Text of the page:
Top Stories

Supreme Court dismisses PIL seeking to ban strikes by lawyers

Gaurav Pathak
15 March 2015 6:23 AM GMT
Supreme Court dismisses PIL seeking to ban strikes by lawyers
Your free access to Live Law has expired
To read the article, get a premium account.
    Your Subscription Supports Independent Journalism
Subscription starts from
(For 6 Months)
Premium account gives you:
  • Unlimited access to Live Law Archives, Weekly/Monthly Digest, Exclusive Notifications, Comments.
  • Reading experience of Ad Free Version, Petition Copies, Judgement/Order Copies.
Already a subscriber?

The Supreme Court of India on Friday dismissed a public interest litigation that had sought to declare strikes by lawyers as illegal. The Bench headed by Chief Justice of India HL Dattu, which also had Justice S.J. Mukhopadhaya said that a judgment of the Constitution Bench was already there on the issue.

The Bench said, “This court has already given a judgment and laid down the procedure to be followed for calling a strike. It is for the Bar Council of India to take some measures. We can’t be giving directions. Litigants can always appear in the court in person if lawyers are unable to appear in court because of strike.”

Meanwhile, the All India Bar Association has given a call for a strike, all across India, in light of a lawyer being killed in the Court premises in Allahabad. However, the Supreme Court Bar Association has refused to accept the same and has said that the Apex Court will function normally on Monday.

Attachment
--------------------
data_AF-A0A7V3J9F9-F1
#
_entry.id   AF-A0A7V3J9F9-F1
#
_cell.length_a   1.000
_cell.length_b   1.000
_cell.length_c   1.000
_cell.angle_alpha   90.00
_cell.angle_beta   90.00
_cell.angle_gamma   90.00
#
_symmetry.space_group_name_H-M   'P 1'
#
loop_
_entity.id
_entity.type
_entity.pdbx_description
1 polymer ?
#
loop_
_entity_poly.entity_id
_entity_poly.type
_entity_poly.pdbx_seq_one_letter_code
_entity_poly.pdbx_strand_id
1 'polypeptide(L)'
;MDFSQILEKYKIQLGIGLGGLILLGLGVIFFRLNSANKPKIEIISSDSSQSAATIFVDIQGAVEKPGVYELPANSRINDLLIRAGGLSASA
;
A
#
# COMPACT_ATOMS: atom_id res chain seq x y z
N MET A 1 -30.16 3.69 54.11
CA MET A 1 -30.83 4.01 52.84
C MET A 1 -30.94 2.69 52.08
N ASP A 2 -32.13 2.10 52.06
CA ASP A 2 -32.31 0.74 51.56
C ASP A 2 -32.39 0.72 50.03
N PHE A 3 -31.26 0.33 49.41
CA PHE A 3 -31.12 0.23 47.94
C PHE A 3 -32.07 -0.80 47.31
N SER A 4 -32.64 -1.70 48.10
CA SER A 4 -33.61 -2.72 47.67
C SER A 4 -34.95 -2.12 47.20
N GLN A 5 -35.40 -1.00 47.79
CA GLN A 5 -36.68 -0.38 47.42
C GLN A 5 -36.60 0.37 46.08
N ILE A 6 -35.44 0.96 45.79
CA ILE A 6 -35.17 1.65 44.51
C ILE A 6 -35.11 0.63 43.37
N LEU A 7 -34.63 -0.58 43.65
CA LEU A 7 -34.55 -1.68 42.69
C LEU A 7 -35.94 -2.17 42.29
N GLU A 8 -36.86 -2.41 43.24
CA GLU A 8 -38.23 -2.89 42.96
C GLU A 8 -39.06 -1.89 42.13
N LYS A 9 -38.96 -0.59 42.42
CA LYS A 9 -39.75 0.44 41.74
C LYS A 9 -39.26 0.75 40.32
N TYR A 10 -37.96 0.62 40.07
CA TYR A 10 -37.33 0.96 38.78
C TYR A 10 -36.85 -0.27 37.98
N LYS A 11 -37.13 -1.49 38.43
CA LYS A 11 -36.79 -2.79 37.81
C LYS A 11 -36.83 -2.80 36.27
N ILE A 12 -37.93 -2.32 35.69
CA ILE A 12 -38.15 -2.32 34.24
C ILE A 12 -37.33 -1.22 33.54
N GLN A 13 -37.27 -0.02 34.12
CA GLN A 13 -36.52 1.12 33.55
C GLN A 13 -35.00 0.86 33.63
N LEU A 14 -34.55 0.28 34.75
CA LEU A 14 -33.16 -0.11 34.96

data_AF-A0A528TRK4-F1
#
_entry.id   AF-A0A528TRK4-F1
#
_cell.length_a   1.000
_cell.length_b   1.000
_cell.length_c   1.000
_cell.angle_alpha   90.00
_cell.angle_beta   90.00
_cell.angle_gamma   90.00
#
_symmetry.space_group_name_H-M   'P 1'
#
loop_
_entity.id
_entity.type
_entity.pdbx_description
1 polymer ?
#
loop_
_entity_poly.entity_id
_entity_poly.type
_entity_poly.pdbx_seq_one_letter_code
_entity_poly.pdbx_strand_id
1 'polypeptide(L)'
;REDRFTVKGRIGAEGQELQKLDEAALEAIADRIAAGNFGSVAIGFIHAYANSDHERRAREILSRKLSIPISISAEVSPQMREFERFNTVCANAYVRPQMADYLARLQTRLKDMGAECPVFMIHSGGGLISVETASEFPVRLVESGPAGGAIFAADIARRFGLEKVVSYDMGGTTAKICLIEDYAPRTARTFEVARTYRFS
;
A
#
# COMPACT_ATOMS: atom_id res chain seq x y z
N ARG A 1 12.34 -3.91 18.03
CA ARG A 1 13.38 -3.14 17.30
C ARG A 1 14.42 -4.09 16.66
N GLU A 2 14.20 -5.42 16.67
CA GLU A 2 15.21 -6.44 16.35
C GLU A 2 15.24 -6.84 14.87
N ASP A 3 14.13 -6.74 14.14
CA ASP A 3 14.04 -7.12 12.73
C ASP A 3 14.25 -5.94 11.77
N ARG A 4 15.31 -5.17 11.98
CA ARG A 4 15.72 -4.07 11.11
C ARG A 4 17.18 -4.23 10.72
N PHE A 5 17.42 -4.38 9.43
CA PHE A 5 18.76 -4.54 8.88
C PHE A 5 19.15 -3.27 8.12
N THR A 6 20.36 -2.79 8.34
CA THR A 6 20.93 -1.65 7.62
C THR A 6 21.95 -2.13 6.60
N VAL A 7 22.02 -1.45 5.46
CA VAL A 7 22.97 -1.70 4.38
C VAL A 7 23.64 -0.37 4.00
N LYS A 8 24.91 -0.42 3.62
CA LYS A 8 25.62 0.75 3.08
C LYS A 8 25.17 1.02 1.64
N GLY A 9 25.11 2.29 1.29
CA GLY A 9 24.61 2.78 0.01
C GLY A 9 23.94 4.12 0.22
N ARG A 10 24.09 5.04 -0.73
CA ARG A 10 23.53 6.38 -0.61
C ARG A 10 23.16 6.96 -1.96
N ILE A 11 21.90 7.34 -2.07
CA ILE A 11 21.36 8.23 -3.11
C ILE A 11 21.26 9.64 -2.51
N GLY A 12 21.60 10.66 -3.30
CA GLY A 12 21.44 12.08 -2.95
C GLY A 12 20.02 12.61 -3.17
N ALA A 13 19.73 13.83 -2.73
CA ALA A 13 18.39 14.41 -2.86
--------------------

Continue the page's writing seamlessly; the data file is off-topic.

The Supreme Court in the judgment delivered by a Constitution bench in 2002 and said, “Lawyers have no right to go on strike, call for a boycott of courts or even go on a token strike. Those advocates who refused to participate in the strikes called by bar associations could not be penalised. All lawyers must boldly refuse to abide by the strike calls given by bar associations. No threat or coercion of any kind can be held against an advocate for not participating in the strike.”

Holding that the strikes were against administration of justice, the Apex Court in that judgment had opined, “The lawyer will be personally liable to pay cost to the court in addition to damages to the litigant, if both suffered due to the strike.”

The Petitioner in this case was aggrieved by repeated strikes that happened by the lawyers of Orissa Bar Association, which had in effect crippled the justice delivery system.

Next Story